is rendered numerically as 1, and 1 is one unit away from zero, then abs(True) returns 1. Similarly, `False`

is rendered numerically as 0, which is at the same location as zero on the number line, so its absolute value is 0.

Likewise, infinite values also return an intuitive result:

```
>>> import math
>>> abs(math.inf)
inf
>>> abs(-math.inf)
inf
```

Infinity is a number that you can access by importing the `math`

module, an extension of the Python standard library that lets you perform more advanced mathematical calculations. Here, you see `inf`

returned as the absolute value of both positive and negative infinity, which are both an infinite distance away from zero on the theoretical number line.

## Absolute Value of a List of Numbers

Recall that `x`

must be an item with a numeric data type. You'll raise an error if you pass in an inappropriate argument.

For example, passing in a list of numbers will result in a `TypeError`

:

```
>>> abs([-13, -23.93, 5-10j])
Traceback (most recent call last):
File "<stdin>", line 1, in <module>
TypeError: bad operand type for abs(): 'list'
```

The error message points out that abs() is looking for an *operand* of a valid datatype - that is, a data type on which a mathematical operation can be performed.

If you'd like to find the absolute value of a list of numbers, you can use the `map`

function instead:

```
>>> num_list = [-13, -23.93, 5-10j]
>>> map(abs, num_list)
<map object at 0x7f04556abf10>
>>> print(list(map(abs, num_list)))
[13, 23.93, 11.180339887498949]
```

This allows your code to access each element of the list directly and pass a single operand at a time to abs(). Once the map object has been created, you can coerce it to a list in order to print the results.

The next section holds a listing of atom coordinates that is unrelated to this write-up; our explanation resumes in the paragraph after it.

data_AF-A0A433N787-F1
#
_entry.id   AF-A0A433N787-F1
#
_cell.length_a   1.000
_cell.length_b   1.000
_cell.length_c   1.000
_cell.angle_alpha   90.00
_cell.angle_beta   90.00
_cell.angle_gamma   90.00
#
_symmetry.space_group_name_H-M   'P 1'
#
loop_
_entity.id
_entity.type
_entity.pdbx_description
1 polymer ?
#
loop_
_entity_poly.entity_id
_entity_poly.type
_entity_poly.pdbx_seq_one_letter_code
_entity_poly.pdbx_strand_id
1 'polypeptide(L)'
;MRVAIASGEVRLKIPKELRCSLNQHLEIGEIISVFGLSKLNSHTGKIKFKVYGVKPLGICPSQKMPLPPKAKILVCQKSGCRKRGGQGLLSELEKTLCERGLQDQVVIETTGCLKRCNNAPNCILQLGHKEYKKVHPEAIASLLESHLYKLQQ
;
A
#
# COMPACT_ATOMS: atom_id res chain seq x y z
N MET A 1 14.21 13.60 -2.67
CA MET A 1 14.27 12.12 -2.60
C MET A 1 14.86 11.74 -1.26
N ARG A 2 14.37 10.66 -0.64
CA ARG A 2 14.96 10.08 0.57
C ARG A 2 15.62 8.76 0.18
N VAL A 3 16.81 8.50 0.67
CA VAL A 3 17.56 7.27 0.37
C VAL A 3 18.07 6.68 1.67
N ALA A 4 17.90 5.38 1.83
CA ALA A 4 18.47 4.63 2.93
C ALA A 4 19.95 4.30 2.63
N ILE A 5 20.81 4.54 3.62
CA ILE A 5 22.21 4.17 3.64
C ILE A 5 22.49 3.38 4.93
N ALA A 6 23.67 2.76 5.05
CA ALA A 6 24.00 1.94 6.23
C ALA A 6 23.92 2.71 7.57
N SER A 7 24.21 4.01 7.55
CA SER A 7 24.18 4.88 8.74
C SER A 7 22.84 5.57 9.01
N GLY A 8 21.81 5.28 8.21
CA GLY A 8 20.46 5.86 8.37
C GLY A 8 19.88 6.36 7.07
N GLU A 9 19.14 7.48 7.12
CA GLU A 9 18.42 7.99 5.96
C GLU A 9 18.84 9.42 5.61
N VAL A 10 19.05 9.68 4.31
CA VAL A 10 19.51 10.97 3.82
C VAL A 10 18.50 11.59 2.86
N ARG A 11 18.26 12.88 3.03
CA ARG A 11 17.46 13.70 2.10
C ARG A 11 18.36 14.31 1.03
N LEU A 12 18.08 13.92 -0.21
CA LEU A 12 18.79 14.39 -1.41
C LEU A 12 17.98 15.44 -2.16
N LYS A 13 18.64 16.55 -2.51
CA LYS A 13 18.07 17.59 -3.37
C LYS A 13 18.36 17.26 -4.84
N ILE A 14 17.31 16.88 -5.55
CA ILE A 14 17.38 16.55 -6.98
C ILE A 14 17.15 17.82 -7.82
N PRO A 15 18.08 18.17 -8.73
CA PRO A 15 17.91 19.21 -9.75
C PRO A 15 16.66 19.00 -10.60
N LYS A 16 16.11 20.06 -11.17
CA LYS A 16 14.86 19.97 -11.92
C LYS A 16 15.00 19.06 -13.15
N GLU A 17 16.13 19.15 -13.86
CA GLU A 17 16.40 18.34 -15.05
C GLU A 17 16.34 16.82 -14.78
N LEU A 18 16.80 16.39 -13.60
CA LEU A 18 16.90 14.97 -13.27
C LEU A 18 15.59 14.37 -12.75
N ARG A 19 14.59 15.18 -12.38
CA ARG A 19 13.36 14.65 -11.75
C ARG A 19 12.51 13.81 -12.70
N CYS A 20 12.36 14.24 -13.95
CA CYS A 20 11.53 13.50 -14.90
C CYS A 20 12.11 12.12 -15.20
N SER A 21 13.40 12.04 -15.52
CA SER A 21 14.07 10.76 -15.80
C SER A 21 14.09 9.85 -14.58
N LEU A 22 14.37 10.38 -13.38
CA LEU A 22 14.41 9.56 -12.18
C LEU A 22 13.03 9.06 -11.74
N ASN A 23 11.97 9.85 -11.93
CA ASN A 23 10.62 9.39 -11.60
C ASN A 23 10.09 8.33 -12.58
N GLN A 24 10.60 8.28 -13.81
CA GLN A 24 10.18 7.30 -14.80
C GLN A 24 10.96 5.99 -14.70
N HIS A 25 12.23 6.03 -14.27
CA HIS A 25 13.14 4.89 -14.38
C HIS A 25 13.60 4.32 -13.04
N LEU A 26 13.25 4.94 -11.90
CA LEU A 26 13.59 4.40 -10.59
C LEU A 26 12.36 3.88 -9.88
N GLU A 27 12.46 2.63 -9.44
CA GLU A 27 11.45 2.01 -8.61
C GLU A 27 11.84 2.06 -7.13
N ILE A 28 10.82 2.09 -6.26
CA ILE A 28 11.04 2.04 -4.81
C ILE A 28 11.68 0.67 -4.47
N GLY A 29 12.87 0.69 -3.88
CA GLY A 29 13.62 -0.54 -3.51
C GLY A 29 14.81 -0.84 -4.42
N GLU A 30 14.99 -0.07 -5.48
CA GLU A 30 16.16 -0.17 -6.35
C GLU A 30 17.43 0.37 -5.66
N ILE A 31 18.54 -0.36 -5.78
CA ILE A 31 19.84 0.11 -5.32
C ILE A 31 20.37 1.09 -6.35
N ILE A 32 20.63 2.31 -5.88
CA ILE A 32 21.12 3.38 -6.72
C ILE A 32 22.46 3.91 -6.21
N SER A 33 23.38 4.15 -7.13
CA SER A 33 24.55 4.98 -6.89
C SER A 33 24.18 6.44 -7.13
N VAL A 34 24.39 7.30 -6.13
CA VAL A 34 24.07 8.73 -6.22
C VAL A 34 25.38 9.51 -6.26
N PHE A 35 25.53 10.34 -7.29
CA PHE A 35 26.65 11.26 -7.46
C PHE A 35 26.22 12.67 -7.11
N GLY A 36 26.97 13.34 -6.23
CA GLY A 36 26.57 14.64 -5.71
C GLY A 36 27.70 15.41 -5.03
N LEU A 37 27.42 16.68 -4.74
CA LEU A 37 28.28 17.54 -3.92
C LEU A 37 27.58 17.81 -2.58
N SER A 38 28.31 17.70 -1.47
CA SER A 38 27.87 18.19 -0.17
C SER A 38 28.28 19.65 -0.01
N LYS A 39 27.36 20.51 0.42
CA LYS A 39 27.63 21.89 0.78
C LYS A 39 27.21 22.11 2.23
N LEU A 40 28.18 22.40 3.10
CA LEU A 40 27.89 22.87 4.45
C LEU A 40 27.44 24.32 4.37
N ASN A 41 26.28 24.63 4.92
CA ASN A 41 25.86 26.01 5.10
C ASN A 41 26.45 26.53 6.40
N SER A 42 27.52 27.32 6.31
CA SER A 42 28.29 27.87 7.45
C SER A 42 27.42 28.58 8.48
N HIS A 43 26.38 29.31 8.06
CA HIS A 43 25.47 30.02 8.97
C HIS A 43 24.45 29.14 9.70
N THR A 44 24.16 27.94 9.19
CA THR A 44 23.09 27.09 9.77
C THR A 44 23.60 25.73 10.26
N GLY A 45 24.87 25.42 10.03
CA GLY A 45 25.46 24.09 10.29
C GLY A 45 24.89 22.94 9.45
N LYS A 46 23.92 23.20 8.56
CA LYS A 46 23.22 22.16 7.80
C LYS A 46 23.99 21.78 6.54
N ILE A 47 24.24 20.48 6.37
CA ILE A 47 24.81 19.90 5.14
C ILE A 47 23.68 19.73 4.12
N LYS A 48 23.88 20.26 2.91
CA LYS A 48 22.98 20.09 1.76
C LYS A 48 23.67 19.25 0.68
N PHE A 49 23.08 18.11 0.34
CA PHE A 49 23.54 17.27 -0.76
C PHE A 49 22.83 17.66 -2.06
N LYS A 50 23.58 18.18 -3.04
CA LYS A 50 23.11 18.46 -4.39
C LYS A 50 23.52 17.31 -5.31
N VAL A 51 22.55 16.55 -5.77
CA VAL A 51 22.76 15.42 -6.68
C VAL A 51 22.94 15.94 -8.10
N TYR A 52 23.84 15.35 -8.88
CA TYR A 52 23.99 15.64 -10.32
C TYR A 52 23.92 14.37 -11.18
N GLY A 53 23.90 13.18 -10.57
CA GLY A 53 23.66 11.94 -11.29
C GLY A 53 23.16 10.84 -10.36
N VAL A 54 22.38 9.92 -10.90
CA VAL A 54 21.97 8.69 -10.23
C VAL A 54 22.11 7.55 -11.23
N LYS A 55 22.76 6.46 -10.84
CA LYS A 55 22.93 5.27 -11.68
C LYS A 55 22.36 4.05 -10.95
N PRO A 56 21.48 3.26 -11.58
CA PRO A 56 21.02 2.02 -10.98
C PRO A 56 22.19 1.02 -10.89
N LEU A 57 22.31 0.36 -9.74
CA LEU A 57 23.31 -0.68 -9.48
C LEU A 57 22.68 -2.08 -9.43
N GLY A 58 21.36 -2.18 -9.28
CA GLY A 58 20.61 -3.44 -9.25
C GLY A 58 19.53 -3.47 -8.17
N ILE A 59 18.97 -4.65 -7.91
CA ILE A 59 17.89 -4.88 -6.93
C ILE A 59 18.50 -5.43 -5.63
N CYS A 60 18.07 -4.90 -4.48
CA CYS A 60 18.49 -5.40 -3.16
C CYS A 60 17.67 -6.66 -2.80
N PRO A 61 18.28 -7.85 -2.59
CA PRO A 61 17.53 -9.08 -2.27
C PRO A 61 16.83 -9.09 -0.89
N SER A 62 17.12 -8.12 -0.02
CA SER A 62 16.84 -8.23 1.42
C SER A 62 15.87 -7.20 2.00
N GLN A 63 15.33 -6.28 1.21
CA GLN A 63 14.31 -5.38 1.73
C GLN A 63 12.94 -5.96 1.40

## Overview of the fabs function

Python has one other function that you can use to find the absolute value of a number. It's located in the `math`

module, so you'll need to `import math`

before you can access it:

```
>>> import math
>>> # Integer
>>> math.fabs(19)
19.0
>>>
>>> # Float
>>> math.fabs(-25.9)
25.9
>>>
>>> # Bool
>>> math.fabs(True)
1.0
```

This code block shows how to use `fabs()`

on each of the numeric data types seen previously. fabs() will coerce the results to a float, which is useful if your program requires the result to be a floating point number.

Note that as a result, fabs() will not work on data types that cannot be coerced to floats:

```
>>> # Complex
>>> math.fabs(3+2i)
File "<stdin>", line 1
math.fabs(3+2i)
^
SyntaxError: invalid syntax
>>> math.fabs(3+2j)
Traceback (most recent call last):
File "<stdin>", line 1, in <module>
TypeError: can't convert complex to float
```

Here, you raise a `TypeError`

when trying to pass in a complex number to fabs(). For complex numbers, its best to stick with the built-in Python absolute value function.

## Summary

In this article, you learned how to use `abs()`

to find the absolute value of integers, floating points, special numbers, and complex numbers in Python. You also took a look at the `fabs()`

function from the math module, which is a useful alternative for when your output is required to be of the floating point data type.

## Next Steps

Python comes prepackaged with several functions you can use to perform basic mathematical operations. For instance, you can find the sum or the minimum value in a list of numbers.

The `fabs()`

function is accessible via the math module, which contains various other additional functions for advanced mathematical calculations, like the floor function.

If you're interested in learning more about the basics of Python, coding, and software development, check out our Coding Essentials Guidebook for Developers, where we cover the essential languages, concepts, and tools that you'll need to become a professional developer.

Thanks and happy coding! We hope you enjoyed this article. If you have any questions or comments, feel free to reach out to jacob@initialcommit.io.

## Final Notes

Recommended product: Coding Essentials Guidebook for Developers